Monthly Archives: April 2013

If you ask me, the federal government should buy Wounded Knee

I didn’t even know that Wounded Knee was in private hands until this story popped up in the news.  The landowner has given the Oglala Sioux until May 1 to come up with the money before he puts it up for auction.  Unfortunately, the asking price is $3.9 million and the tribe is deeply in debt.  The current price seems high to me, but the guy claims he’s already had three offers.

There’s disagreement within the tribe as to what should be done with the site; some see opportunities for more tourist-related revenue, while others oppose any major development nearby.  Personally, I’d like to see the federal government step in and buy it with an eye toward eventual management by the National Park Service.  Supporters of tourism would get the visitor draw they’re after, while the NPS could preserve the site and interpret it in a tasteful, professional, and sensitive manner that would hopefully be agreeable to folks who aren’t keen on development.  Seems to me like a sensible solution, but that’s just my two cents.

Leave a comment

Filed under Historic Preservation

Southern Lincolns abound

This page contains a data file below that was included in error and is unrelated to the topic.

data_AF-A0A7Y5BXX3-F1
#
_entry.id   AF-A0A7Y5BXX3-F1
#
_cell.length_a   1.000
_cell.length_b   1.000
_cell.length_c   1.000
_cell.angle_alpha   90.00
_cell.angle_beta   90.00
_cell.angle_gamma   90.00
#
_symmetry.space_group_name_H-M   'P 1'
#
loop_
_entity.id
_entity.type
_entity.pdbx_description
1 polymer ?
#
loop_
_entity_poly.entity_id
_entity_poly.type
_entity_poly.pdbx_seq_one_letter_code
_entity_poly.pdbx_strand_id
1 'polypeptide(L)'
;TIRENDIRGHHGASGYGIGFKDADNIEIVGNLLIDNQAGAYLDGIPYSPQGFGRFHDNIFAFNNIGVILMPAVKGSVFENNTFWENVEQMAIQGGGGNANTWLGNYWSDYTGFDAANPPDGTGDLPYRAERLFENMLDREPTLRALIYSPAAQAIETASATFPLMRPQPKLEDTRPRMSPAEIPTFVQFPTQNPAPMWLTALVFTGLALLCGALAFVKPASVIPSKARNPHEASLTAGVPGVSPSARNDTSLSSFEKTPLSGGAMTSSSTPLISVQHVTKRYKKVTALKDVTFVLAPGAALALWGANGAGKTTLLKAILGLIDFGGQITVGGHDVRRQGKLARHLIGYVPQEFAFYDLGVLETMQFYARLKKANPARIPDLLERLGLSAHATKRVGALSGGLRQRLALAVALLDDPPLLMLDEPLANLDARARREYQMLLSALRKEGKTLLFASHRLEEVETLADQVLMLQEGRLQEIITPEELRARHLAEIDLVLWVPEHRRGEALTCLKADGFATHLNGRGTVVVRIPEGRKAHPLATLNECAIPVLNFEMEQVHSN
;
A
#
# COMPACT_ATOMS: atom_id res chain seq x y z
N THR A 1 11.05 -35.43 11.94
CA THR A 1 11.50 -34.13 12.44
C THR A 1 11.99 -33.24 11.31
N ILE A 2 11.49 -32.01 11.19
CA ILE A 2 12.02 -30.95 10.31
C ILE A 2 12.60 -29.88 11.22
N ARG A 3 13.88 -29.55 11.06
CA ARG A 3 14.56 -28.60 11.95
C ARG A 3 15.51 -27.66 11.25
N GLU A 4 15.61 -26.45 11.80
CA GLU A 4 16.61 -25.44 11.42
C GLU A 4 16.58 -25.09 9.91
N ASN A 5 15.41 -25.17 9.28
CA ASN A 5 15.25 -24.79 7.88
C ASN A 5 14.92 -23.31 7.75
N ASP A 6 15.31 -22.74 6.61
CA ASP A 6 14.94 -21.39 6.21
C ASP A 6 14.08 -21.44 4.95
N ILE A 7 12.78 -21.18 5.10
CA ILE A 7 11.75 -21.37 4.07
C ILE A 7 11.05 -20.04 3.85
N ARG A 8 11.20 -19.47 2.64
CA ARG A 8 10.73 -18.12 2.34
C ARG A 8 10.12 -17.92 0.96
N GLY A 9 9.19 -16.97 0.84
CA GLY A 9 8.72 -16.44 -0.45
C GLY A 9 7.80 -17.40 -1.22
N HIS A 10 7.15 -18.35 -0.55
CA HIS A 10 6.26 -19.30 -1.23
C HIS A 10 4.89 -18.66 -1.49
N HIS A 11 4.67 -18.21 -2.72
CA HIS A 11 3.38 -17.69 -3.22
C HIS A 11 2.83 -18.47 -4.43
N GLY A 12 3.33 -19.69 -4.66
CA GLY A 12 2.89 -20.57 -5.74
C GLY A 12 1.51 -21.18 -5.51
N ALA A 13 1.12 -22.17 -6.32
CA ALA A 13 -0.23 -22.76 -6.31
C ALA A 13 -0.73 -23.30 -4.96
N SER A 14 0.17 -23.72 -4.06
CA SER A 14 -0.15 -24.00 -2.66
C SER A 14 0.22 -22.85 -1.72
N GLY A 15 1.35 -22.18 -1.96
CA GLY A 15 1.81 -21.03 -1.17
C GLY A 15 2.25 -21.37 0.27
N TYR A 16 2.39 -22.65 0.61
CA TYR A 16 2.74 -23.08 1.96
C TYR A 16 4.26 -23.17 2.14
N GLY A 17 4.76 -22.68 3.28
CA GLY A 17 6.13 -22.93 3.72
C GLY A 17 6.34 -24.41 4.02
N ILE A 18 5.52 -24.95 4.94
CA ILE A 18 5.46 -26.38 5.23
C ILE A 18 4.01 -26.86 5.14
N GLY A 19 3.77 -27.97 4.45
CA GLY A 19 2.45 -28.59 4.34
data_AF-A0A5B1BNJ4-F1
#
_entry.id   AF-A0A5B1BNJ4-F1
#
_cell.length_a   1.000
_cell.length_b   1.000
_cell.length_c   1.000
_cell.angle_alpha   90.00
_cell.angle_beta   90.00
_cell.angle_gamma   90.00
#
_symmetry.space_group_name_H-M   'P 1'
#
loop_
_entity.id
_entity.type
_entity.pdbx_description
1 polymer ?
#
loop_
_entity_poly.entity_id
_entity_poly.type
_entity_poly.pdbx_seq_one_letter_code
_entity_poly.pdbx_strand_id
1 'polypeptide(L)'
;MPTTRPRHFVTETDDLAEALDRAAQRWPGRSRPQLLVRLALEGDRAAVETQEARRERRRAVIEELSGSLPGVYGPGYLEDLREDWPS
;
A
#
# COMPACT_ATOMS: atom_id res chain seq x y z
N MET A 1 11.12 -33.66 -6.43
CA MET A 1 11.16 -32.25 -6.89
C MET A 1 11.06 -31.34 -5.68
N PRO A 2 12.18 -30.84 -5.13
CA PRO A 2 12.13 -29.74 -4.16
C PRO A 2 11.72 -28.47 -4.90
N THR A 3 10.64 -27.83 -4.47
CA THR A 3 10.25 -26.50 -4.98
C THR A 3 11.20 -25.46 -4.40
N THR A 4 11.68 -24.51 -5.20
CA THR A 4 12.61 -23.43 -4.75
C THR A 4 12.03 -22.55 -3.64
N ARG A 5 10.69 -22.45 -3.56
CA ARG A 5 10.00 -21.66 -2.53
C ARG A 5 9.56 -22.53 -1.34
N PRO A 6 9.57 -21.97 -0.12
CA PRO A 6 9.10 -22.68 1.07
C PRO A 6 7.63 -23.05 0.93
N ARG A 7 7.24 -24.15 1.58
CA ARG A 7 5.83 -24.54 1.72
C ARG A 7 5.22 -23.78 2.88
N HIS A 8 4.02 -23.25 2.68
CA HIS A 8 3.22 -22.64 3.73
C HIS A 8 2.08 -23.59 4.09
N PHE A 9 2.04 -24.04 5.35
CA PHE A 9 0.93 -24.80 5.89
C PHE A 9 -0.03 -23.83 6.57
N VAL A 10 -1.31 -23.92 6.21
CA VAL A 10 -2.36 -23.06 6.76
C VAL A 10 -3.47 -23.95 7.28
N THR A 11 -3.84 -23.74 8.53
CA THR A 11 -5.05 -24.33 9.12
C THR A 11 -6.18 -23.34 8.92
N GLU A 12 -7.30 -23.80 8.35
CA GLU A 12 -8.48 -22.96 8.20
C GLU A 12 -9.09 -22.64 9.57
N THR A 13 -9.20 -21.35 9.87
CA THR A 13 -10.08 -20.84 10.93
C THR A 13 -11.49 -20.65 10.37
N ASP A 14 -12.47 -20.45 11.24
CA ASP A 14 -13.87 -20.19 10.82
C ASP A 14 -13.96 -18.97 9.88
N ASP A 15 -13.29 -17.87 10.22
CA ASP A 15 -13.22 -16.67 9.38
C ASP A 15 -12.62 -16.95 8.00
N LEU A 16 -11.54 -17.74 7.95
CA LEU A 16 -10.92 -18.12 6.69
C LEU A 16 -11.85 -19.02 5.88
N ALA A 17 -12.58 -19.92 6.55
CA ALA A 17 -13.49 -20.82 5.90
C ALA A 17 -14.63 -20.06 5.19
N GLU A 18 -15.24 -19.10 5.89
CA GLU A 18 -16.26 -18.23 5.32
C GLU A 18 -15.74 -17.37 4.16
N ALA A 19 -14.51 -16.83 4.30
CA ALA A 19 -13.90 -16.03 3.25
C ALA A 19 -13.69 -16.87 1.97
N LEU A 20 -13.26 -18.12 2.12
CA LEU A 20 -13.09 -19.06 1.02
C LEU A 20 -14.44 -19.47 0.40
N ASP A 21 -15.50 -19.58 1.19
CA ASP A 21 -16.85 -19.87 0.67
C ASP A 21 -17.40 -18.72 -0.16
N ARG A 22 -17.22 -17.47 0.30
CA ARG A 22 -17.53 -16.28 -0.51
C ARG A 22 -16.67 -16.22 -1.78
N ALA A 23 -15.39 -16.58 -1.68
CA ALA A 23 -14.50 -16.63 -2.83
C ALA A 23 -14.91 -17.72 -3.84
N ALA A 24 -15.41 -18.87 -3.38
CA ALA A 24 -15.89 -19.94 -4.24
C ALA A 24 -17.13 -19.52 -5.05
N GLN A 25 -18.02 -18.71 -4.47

The Old Dominion has embraced Honest Abe, at least according to this article.

The writer claims that Tredegar’s sculpture of Lincoln and Tad is “the only statue of Lincoln in the South, where many people still refer to the Civil War as the War of Northern Aggression.”  I must beg to differ.  In fact, if you visit my alma mater here in East Tennessee, you’ll find three of them: a standing Lincoln at the main entrance, a copy of Paul Manship’s larger-than-life “Hoosier Youth” in the museum atrium, and a depiction of Lincoln as a lawyer in front of the library.

There’s also a Lincoln statue at the state capitol in West Virginia, and Kentucky has more Honest Abes than you can shake a stick at.

One more quibble.  I’ve lived in the South for more than thirty years, and I’ve only heard one person refer to the Civil War as “the War of Northern Aggression.”  The guy who said it was a reenactor; ironically, I was at an event in a state that never joined the Confederacy.  Most of my fellow southerners aren’t nursing a grudge over a war that ended before their great-grandparents were born.

2 Comments

Filed under Abraham Lincoln, Civil War, History and Memory

The Abe Delusion

I don’t know how I managed to miss it until now, but there’s an “Alincolnist” Facebook page.  Some of the arguments against Lincoln’s existence presented therein are admittedly persuasive.

Personally, I am willing to concede that a man by the name of Abraham Lincoln may have lived during the nineteenth century; the tradition that he worked as a circuit lawyer suggests that he was some sort of itinerant sage or wise man.  But I find the log cabin birth narrative hard to believe, and the historical Lincoln certainly wouldn’t have referred to himself as “President of the United States.”